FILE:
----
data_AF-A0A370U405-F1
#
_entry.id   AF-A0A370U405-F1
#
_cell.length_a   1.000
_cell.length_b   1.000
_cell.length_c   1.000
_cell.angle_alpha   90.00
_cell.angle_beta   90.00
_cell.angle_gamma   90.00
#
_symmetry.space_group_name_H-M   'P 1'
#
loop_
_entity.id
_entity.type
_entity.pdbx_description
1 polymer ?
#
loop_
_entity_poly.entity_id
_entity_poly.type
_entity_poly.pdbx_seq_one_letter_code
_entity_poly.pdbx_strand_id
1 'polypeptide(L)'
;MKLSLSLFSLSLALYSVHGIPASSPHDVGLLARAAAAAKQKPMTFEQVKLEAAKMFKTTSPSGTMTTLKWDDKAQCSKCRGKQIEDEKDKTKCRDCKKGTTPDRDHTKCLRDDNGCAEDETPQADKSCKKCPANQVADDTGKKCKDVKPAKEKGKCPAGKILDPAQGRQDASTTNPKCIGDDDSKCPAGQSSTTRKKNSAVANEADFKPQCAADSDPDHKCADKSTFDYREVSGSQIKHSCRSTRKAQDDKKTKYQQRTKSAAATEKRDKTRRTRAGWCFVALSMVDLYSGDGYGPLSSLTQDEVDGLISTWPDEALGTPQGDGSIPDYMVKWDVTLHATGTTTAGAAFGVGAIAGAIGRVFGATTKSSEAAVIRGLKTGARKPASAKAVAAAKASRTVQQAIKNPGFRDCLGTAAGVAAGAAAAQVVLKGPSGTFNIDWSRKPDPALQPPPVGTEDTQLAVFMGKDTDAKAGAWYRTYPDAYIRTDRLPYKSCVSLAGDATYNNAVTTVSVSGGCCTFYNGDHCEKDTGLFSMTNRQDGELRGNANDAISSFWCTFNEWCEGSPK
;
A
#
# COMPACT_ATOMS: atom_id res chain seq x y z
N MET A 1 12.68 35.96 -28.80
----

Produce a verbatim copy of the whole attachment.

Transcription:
data_AF-A0A370U405-F1
#
_entry.id   AF-A0A370U405-F1
#
_cell.length_a   1.000
_cell.length_b   1.000
_cell.length_c   1.000
_cell.angle_alpha   90.00
_cell.angle_beta   90.00
_cell.angle_gamma   90.00
#
_symmetry.space_group_name_H-M   'P 1'
#
loop_
_entity.id
_entity.type
_entity.pdbx_description
1 polymer ?
#
loop_
_entity_poly.entity_id
_entity_poly.type
_entity_poly.pdbx_seq_one_letter_code
_entity_poly.pdbx_strand_id
1 'polypeptide(L)'
;MKLSLSLFSLSLALYSVHGIPASSPHDVGLLARAAAAAKQKPMTFEQVKLEAAKMFKTTSPSGTMTTLKWDDKAQCSKCRGKQIEDEKDKTKCRDCKKGTTPDRDHTKCLRDDNGCAEDETPQADKSCKKCPANQVADDTGKKCKDVKPAKEKGKCPAGKILDPAQGRQDASTTNPKCIGDDDSKCPAGQSSTTRKKNSAVANEADFKPQCAADSDPDHKCADKSTFDYREVSGSQIKHSCRSTRKAQDDKKTKYQQRTKSAAATEKRDKTRRTRAGWCFVALSMVDLYSGDGYGPLSSLTQDEVDGLISTWPDEALGTPQGDGSIPDYMVKWDVTLHATGTTTAGAAFGVGAIAGAIGRVFGATTKSSEAAVIRGLKTGARKPASAKAVAAAKASRTVQQAIKNPGFRDCLGTAAGVAAGAAAAQVVLKGPSGTFNIDWSRKPDPALQPPPVGTEDTQLAVFMGKDTDAKAGAWYRTYPDAYIRTDRLPYKSCVSLAGDATYNNAVTTVSVSGGCCTFYNGDHCEKDTGLFSMTNRQDGELRGNANDAISSFWCTFNEWCEGSPK
;
A
#
# COMPACT_ATOMS: atom_id res chain seq x y z
N MET A 1 12.68 35.96 -28.80